News & Commentaries

Order from Noise: How Randomness and Collective Dynamics Define a Stem Cell

Stembook: Order from Noise: How Randomness and Collective Dynamics Define a Stem Cell

Klosterneuburg, Austria – Without stem cells, human life would not exist. Due to them, a lump of cells becomes an organ, a fertilized egg develops into a baby, and tissues of our body can be continuously renewed. But what actually makes a stem cell? How do they know when to divide to replace a dying cell? Are these a stable population of specially gifted cells? Scientists at the Institute of Science and Technology (IST) Austria discovered that instead, stem cells might emerge due to the collective behavior of cells within the organs. They saw that the shape of the surrounding tissue, jointly to the pattern of seemingly random movements of the cells determined the cell’s role. The scientists published their study in the journal PNAS on July 1, 2020. Their results could lead to a deeper understanding of organ renewal and development.

COVID-19: Study Shows Virus Can Infect Heart Cells in Lab Dish

Stembook: COVID-19: Study Shows Virus Can Infect Heart Cells in Lab Dish

Los Angeles, CA, USA – A new study shows that SARS-CoV-2, the virus that causes COVID-19 (coronavirus), can infect heart cells in a lab dish, indicating it may be possible for heart cells in COVID-19 patients to be directly infected by the virus. The discovery, published today in the journal Cell Reports Medicine, was made using heart muscle cells that were produced by stem cell technology.

USC Stem Cell Scientists Find a Simpler Way to Make Sensory Hearing Cells

Stembook: USC Stem Cell Scientists Find a Simpler Way to Make Sensory Hearing Cells

Los Angeles, CA, USA – Scientists from the USC Stem Cell laboratories of Neil Segil and Justin Ichida are whispering the secrets of a simpler way to generate the sensory cells of the inner ear. Their approach uses direct reprogramming to produce sensory cells known as “hair cells,” due to their hair-like protrusions that sense sound waves. The study was published today in the journal eLife.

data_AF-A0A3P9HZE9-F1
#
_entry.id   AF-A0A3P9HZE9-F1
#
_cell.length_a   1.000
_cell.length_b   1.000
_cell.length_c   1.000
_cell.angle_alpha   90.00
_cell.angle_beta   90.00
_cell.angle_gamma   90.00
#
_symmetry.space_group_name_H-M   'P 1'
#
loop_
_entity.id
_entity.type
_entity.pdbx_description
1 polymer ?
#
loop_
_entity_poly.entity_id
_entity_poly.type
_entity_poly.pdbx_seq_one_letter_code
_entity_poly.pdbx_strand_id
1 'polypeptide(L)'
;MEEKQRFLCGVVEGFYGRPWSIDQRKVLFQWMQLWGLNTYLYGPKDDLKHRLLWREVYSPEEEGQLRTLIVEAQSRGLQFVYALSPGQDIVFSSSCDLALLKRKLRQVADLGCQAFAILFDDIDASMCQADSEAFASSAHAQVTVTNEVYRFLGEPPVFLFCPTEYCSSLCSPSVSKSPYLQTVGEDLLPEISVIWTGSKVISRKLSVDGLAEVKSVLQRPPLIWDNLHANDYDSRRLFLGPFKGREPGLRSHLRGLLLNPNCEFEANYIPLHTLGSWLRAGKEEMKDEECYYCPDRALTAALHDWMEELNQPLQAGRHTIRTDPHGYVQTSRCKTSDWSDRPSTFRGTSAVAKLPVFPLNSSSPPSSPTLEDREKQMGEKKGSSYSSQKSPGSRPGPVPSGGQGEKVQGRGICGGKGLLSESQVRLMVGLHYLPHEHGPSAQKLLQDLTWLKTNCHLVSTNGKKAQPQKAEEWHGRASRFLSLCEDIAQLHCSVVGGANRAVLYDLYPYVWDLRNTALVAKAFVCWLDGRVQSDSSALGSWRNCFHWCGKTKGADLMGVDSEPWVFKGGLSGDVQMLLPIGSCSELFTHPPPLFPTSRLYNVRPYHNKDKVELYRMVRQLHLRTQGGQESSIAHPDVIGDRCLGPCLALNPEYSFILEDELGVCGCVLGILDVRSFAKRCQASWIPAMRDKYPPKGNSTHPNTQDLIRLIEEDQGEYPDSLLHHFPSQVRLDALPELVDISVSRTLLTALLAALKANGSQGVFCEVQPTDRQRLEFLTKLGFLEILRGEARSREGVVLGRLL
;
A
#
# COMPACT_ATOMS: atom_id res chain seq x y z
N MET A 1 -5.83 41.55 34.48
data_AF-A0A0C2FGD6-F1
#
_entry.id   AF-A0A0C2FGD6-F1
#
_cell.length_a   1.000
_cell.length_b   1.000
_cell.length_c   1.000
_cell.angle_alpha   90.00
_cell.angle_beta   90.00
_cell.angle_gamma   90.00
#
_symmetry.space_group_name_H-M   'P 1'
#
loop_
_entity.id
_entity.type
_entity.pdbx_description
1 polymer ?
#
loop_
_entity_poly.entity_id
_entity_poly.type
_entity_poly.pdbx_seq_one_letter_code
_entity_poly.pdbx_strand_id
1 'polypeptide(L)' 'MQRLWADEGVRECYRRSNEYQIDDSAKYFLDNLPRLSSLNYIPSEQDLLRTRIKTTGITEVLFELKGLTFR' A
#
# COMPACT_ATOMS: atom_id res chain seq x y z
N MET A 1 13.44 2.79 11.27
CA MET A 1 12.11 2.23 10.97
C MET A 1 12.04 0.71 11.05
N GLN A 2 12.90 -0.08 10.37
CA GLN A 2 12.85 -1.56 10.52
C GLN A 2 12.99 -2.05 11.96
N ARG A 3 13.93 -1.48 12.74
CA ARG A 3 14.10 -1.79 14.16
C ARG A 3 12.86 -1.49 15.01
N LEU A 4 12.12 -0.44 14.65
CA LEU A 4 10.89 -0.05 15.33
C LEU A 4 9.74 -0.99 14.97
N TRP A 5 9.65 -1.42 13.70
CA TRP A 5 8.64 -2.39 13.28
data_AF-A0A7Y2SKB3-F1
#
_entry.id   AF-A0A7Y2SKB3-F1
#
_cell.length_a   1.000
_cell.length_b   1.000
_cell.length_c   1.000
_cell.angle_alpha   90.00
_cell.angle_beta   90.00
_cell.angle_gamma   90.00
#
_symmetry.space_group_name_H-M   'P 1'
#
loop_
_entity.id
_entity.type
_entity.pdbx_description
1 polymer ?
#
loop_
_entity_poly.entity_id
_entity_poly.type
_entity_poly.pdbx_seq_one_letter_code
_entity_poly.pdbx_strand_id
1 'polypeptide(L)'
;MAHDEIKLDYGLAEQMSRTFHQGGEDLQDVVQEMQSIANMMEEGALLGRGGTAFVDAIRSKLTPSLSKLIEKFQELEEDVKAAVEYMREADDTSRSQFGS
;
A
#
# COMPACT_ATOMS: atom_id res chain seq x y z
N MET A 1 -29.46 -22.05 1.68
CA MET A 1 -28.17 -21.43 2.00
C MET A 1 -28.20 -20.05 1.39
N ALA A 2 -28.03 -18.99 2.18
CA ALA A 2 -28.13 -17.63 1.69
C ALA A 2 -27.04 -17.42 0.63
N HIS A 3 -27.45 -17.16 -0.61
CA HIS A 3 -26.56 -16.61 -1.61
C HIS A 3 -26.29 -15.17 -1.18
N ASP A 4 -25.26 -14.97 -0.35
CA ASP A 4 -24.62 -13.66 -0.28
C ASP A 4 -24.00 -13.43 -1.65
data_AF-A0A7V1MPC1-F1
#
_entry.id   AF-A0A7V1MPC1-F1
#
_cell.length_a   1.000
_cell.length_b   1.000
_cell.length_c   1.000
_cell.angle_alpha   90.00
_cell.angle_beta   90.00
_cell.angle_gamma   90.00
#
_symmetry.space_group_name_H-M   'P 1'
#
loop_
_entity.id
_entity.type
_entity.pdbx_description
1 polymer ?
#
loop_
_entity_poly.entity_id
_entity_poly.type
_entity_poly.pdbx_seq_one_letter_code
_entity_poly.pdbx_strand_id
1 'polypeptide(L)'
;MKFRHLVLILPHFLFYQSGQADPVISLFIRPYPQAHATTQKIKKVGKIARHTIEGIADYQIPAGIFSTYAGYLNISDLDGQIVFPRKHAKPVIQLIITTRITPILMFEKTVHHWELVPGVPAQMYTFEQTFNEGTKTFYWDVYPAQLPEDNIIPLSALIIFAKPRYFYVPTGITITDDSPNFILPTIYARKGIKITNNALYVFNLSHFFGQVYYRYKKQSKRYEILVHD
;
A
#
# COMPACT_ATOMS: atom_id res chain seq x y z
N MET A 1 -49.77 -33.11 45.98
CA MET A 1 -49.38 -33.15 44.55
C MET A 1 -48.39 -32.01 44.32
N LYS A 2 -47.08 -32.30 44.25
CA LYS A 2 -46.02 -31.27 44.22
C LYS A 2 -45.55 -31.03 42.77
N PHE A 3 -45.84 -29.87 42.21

ISSCR Urges FDA and EMA to Enforce Regulation of Clinics Offering Unproven and Unapproved Stem Cell-based Interventions

Stembook: ISSCR Urges FDA and EMA to Enforce Regulation of Clinics Offering Unproven and Unapproved Stem Cell-based Interventions
Misleading Marketing Preys on the Hopes of Patients and Families, Including Those with COVID-19

Skokie, IL, USA – In letters released today by the International Society for Stem Cell Research (ISSCR) to the US Food and Drug Administration (FDA) and the European Medicines Agency (EMA), the Society presses for greater enforcement to help protect patients suffering from devastating diseases including COVID-19. The effort comes as the world’s foremost stem cell and regenerative medicine researchers are meeting this week to share the field’s newest discoveries as part of ISSCR 2020 Virtual.

UConn Researcher Invents Nanoparticle for Overcoming Leukemia Treatment Resistance

Stembook: UConn Researcher Invents Nanoparticle for Overcoming Leukemia Treatment Resistance

Mansfield, CT, USA – UConn associate professor of pharmaceutics Xiuling Lu, along with professor of chemistry Rajeswari M. Kasi, was part of a team that recently published a paper in Nature Cell Biology finding a commonly used chemotherapy drug may be repurposed as a treatment for resurgent or chemotherapy-resistant leukemia.

Primitive Stem Cells Point to New Bone Grafts for Stubborn-to-Heal Fractures

Stembook: Primitive Stem Cells Point to New Bone Grafts for Stubborn-to-Heal Fractures

College Station, TX, USA – Although most broken bones can be mended with a firm cast and a generous measure of tender loving care, more complicated fractures require treatments like bone grafting. Researchers at Texas A&M University have now created superior bone grafts using primitive stem cells. They found that these cells help create very fertile scaffolds needed for the bone to regenerate at the site of repair.

Putting ‘Super’ in Natural Killer Cells

Stembook: Putting ‘Super’ in Natural Killer Cells
Deleting an inhibitory gene in natural killer cells derived from induced pluripotent stem cells is found to boost their anti-tumor activity and persistence; researchers now seek to develop a clinical therapy.

San Diego, CA, USA – Using induced pluripotent stem cells (iPSCs) and deleting a key gene, researchers at University of California San Diego School of Medicine have created natural killer cells – a type of immune cell – with measurably stronger activity against a form of leukemia, both in vivo and in vitro.

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